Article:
Dental therapy is relatively new in the United States. This qualitative study examines the experiences and impressions of the inaugural class of the first dental school-based dental therapy program in the United States. A grounded theory design using open-ended interviews and focus groups was carried out with the nine students in the class at the beginning of their program and after the fall and spring semesters of their first year. Student responses were audiotaped, transcribed verbatim, and presented to the students for feedback and clarification. Results show that students started with an idealistic perception of dental therapy that was consistent with the specific provision of the law creating dental therapy. The team learning approach in which dental therapy students learn alongside dental and dental hygiene students provided the social interaction that allowed them to better articulate and distinguish dental therapy from those other dental professions. In the absence of dental therapists who could serve as role models, the program director, who is perceived to be the dental therapy expert, has assumed the role of the primary socializer. Faculty members are challenged to fulfill their role as role models regardless of their perception of the dental therapy model.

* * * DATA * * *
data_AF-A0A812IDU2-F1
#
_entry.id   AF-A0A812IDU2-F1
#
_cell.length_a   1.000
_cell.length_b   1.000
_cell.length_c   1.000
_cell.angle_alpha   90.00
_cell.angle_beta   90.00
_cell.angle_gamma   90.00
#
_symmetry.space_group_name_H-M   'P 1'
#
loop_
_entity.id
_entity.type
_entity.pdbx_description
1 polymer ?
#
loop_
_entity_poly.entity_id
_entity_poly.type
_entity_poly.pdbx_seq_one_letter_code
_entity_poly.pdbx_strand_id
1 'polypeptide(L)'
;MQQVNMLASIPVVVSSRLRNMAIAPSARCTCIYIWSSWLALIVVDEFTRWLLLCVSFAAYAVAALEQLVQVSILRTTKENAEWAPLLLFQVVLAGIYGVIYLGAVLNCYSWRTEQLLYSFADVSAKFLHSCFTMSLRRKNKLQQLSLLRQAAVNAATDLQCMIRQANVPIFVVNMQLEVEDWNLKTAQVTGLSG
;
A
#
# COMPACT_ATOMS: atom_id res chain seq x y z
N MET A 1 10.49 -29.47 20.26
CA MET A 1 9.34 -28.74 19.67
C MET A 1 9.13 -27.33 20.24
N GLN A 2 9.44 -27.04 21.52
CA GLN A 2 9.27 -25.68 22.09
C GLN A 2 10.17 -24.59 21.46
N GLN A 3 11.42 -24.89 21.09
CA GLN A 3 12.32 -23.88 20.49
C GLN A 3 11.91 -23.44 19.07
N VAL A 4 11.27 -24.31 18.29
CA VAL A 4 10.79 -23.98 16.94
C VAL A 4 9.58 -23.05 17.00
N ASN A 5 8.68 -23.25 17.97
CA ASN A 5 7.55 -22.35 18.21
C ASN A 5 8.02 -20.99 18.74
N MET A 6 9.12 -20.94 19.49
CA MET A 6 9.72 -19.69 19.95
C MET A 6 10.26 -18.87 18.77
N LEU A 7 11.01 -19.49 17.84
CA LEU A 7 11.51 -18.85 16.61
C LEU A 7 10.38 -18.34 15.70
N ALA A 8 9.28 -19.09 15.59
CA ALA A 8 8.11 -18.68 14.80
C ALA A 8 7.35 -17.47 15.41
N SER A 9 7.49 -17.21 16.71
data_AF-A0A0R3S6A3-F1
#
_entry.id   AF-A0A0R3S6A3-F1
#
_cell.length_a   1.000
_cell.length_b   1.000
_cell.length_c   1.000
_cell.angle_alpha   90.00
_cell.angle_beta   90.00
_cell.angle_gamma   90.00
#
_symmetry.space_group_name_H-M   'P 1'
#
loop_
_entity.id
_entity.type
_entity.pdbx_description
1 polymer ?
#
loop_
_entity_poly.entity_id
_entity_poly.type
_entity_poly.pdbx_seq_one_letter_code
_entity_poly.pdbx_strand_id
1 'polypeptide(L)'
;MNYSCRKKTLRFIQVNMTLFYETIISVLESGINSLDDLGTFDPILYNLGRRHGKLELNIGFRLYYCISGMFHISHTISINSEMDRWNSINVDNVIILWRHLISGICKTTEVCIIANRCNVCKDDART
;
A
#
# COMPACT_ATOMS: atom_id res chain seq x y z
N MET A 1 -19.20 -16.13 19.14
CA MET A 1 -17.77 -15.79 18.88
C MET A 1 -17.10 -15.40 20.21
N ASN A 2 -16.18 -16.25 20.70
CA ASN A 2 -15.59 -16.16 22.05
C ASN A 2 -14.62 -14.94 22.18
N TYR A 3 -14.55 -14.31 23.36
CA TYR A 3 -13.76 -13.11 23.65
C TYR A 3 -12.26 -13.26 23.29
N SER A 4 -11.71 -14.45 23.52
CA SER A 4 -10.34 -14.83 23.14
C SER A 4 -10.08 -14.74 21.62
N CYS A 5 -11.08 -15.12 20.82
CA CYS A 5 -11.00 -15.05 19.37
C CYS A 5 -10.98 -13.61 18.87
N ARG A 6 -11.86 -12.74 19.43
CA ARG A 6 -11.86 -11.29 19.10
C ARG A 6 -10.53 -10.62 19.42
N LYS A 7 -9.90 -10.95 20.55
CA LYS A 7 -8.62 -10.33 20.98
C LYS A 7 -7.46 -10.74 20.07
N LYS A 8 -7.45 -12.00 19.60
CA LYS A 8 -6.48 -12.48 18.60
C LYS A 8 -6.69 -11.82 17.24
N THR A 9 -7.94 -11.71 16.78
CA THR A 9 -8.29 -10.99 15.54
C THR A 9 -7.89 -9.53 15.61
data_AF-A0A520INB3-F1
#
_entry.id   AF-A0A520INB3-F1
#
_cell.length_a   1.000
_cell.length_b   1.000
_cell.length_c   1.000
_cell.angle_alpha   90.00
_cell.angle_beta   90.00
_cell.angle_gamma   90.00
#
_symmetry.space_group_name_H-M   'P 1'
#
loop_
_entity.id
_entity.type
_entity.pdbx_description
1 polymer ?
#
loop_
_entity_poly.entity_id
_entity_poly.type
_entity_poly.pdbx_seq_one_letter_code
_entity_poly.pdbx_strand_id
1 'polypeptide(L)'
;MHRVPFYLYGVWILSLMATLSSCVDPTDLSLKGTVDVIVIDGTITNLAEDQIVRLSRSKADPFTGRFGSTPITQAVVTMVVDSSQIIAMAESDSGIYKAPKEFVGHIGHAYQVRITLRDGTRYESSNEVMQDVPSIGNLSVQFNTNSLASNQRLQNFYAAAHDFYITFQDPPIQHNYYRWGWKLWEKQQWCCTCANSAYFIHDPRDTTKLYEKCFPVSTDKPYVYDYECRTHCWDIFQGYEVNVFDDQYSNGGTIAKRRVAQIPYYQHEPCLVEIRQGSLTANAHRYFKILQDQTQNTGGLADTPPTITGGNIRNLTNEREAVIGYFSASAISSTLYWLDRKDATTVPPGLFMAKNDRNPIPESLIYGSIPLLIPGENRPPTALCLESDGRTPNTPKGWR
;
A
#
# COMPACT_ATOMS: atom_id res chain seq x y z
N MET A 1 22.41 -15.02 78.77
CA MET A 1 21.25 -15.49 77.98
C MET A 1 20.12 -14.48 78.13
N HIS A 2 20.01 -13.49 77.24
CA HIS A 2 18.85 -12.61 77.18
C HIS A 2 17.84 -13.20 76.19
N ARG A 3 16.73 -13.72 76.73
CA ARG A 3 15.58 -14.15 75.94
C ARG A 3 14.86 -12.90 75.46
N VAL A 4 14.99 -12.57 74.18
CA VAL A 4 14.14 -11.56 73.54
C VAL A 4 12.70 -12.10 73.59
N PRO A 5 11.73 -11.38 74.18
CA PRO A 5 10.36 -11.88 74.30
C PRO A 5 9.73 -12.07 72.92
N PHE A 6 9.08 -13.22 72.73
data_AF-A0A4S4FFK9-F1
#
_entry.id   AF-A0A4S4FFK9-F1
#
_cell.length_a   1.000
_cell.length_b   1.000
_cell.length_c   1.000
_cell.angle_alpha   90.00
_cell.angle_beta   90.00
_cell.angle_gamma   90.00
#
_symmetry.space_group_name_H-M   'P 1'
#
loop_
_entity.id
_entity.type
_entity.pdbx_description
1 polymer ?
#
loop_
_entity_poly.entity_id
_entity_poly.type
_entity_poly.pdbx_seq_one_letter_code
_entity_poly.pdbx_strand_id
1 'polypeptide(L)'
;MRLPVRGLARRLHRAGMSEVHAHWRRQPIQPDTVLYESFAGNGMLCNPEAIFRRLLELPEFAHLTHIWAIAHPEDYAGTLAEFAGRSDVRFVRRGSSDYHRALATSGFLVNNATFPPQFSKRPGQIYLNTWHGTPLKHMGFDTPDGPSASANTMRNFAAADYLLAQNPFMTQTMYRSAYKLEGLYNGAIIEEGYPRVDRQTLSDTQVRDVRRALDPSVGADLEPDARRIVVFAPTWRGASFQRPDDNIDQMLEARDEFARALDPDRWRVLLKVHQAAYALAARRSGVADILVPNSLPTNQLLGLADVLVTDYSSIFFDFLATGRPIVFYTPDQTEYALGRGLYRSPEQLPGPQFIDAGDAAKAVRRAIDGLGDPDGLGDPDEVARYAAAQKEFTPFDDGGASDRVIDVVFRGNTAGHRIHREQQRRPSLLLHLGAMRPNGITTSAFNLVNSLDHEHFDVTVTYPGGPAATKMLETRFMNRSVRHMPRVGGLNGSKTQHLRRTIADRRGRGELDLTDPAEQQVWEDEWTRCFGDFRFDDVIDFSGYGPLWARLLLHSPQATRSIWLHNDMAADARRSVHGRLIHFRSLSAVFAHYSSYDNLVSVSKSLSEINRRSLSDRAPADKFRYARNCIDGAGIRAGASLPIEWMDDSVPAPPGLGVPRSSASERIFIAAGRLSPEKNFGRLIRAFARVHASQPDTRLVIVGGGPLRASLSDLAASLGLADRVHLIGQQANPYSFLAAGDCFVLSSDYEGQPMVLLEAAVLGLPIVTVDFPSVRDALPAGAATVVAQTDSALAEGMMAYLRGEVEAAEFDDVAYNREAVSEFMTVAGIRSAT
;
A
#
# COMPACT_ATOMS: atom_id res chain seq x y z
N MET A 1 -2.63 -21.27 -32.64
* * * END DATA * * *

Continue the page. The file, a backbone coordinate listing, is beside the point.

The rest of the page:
|Original language||English (US)|
|Number of pages||7|
|Journal||Journal of dental education|
|State||Published - May 1 2011|
Copyright 2011 Elsevier B.V., All rights reserved.
- Allied dental professionals
- Dental and dental hygiene students
- Dental therapy
- Professional socialization
- Role model